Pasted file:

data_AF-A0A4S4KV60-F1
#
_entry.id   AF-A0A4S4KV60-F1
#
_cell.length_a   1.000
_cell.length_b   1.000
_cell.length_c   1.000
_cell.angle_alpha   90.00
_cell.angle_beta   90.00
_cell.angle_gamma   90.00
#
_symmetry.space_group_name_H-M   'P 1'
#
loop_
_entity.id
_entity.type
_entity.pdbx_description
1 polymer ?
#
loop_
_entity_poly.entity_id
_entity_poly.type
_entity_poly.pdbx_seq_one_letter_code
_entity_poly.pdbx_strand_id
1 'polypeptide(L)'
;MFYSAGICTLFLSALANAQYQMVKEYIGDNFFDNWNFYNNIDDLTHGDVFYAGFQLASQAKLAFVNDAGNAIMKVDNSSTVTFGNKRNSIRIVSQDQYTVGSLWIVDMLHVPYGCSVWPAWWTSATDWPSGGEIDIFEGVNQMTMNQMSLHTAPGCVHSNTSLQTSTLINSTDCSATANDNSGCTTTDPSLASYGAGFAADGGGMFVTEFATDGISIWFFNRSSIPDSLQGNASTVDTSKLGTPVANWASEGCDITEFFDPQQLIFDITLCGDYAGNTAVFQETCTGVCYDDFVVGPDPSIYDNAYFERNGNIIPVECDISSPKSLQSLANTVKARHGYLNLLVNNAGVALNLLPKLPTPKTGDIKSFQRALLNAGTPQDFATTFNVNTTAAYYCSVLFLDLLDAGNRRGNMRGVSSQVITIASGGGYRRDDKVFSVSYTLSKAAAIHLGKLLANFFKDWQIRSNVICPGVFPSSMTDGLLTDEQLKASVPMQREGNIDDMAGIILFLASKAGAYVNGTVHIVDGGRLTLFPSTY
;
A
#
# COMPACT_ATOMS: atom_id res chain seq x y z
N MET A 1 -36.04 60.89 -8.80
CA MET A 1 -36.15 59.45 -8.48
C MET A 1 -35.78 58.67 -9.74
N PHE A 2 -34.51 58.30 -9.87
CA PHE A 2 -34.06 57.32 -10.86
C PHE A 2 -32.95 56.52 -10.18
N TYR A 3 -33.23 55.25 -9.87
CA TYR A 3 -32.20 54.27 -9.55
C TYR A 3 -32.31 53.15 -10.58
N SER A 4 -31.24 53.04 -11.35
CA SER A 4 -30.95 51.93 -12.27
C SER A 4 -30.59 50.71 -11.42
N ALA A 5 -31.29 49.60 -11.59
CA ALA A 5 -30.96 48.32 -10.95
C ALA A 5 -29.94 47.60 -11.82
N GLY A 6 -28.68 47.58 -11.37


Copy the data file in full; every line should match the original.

data_AF-A0A4S4KV60-F1
#
_entry.id   AF-A0A4S4KV60-F1
#
_cell.length_a   1.000
_cell.length_b   1.000
_cell.length_c   1.000
_cell.angle_alpha   90.00
_cell.angle_beta   90.00
_cell.angle_gamma   90.00
#
_symmetry.space_group_name_H-M   'P 1'
#
loop_
_entity.id
_entity.type
_entity.pdbx_description
1 polymer ?
#
loop_
_entity_poly.entity_id
_entity_poly.type
_entity_poly.pdbx_seq_one_letter_code
_entity_poly.pdbx_strand_id
1 'polypeptide(L)'
;MFYSAGICTLFLSALANAQYQMVKEYIGDNFFDNWNFYNNIDDLTHGDVFYAGFQLASQAKLAFVNDAGNAIMKVDNSSTVTFGNKRNSIRIVSQDQYTVGSLWIVDMLHVPYGCSVWPAWWTSATDWPSGGEIDIFEGVNQMTMNQMSLHTAPGCVHSNTSLQTSTLINSTDCSATANDNSGCTTTDPSLASYGAGFAADGGGMFVTEFATDGISIWFFNRSSIPDSLQGNASTVDTSKLGTPVANWASEGCDITEFFDPQQLIFDITLCGDYAGNTAVFQETCTGVCYDDFVVGPDPSIYDNAYFERNGNIIPVECDISSPKSLQSLANTVKARHGYLNLLVNNAGVALNLLPKLPTPKTGDIKSFQRALLNAGTPQDFATTFNVNTTAAYYCSVLFLDLLDAGNRRGNMRGVSSQVITIASGGGYRRDDKVFSVSYTLSKAAAIHLGKLLANFFKDWQIRSNVICPGVFPSSMTDGLLTDEQLKASVPMQREGNIDDMAGIILFLASKAGAYVNGTVHIVDGGRLTLFPSTY
;
A
#
# COMPACT_ATOMS: atom_id res chain seq x y z
N MET A 1 -36.04 60.89 -8.80
CA MET A 1 -36.15 59.45 -8.48
C MET A 1 -35.78 58.67 -9.74
N PHE A 2 -34.51 58.30 -9.87
CA PHE A 2 -34.06 57.32 -10.86
C PHE A 2 -32.95 56.52 -10.18
N TYR A 3 -33.23 55.25 -9.87
CA TYR A 3 -32.20 54.27 -9.55
C TYR A 3 -32.31 53.15 -10.58
N SER A 4 -31.24 53.04 -11.35
CA SER A 4 -30.95 51.93 -12.27
C SER A 4 -30.59 50.71 -11.42
N ALA A 5 -31.29 49.60 -11.59
CA ALA A 5 -30.96 48.32 -10.95
C ALA A 5 -29.94 47.60 -11.82
N GLY A 6 -28.68 47.58 -11.37